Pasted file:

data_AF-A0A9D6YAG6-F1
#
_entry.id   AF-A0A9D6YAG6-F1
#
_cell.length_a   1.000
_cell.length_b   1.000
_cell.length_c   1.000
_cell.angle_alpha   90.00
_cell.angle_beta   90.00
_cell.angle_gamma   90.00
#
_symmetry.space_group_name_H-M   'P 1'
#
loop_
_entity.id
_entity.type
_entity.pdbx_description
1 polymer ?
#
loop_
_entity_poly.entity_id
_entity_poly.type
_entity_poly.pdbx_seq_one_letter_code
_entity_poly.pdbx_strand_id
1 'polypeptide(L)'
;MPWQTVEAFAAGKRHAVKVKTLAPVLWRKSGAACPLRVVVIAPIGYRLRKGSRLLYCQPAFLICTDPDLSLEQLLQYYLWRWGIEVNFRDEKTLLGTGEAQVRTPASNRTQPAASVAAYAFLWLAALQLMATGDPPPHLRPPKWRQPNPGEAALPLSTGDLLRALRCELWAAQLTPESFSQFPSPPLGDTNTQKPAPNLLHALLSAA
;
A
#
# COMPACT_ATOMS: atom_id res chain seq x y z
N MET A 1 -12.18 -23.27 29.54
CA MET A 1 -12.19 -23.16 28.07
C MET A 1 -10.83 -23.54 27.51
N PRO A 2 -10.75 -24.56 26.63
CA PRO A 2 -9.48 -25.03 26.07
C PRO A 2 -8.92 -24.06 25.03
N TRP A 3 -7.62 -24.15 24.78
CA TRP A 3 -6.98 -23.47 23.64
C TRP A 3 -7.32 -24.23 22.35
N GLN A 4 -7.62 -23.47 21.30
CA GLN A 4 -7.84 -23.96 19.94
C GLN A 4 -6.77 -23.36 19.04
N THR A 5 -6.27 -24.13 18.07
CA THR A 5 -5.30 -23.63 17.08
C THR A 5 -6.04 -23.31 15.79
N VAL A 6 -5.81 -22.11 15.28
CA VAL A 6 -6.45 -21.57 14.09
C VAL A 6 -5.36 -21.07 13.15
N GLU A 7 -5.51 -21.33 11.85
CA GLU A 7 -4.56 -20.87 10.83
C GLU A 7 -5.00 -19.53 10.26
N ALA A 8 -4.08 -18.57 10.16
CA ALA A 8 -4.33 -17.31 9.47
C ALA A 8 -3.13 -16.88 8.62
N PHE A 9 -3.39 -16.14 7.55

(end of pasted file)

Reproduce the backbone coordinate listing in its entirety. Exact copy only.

data_AF-A0A9D6YAG6-F1
#
_entry.id   AF-A0A9D6YAG6-F1
#
_cell.length_a   1.000
_cell.length_b   1.000
_cell.length_c   1.000
_cell.angle_alpha   90.00
_cell.angle_beta   90.00
_cell.angle_gamma   90.00
#
_symmetry.space_group_name_H-M   'P 1'
#
loop_
_entity.id
_entity.type
_entity.pdbx_description
1 polymer ?
#
loop_
_entity_poly.entity_id
_entity_poly.type
_entity_poly.pdbx_seq_one_letter_code
_entity_poly.pdbx_strand_id
1 'polypeptide(L)'
;MPWQTVEAFAAGKRHAVKVKTLAPVLWRKSGAACPLRVVVIAPIGYRLRKGSRLLYCQPAFLICTDPDLSLEQLLQYYLWRWGIEVNFRDEKTLLGTGEAQVRTPASNRTQPAASVAAYAFLWLAALQLMATGDPPPHLRPPKWRQPNPGEAALPLSTGDLLRALRCELWAAQLTPESFSQFPSPPLGDTNTQKPAPNLLHALLSAA
;
A
#
# COMPACT_ATOMS: atom_id res chain seq x y z
N MET A 1 -12.18 -23.27 29.54
CA MET A 1 -12.19 -23.16 28.07
C MET A 1 -10.83 -23.54 27.51
N PRO A 2 -10.75 -24.56 26.63
CA PRO A 2 -9.48 -25.03 26.07
C PRO A 2 -8.92 -24.06 25.03
N TRP A 3 -7.62 -24.15 24.78
CA TRP A 3 -6.98 -23.47 23.64
C TRP A 3 -7.32 -24.23 22.35
N GLN A 4 -7.62 -23.47 21.30
CA GLN A 4 -7.84 -23.96 19.94
C GLN A 4 -6.77 -23.36 19.04
N THR A 5 -6.27 -24.13 18.07
CA THR A 5 -5.30 -23.63 17.08
C THR A 5 -6.04 -23.31 15.79
N VAL A 6 -5.81 -22.11 15.28
CA VAL A 6 -6.45 -21.57 14.09
C VAL A 6 -5.36 -21.07 13.15
N GLU A 7 -5.51 -21.33 11.85
CA GLU A 7 -4.56 -20.87 10.83
C GLU A 7 -5.00 -19.53 10.26
N ALA A 8 -4.08 -18.57 10.16
CA ALA A 8 -4.33 -17.31 9.47
C ALA A 8 -3.13 -16.88 8.62
N PHE A 9 -3.39 -16.14 7.55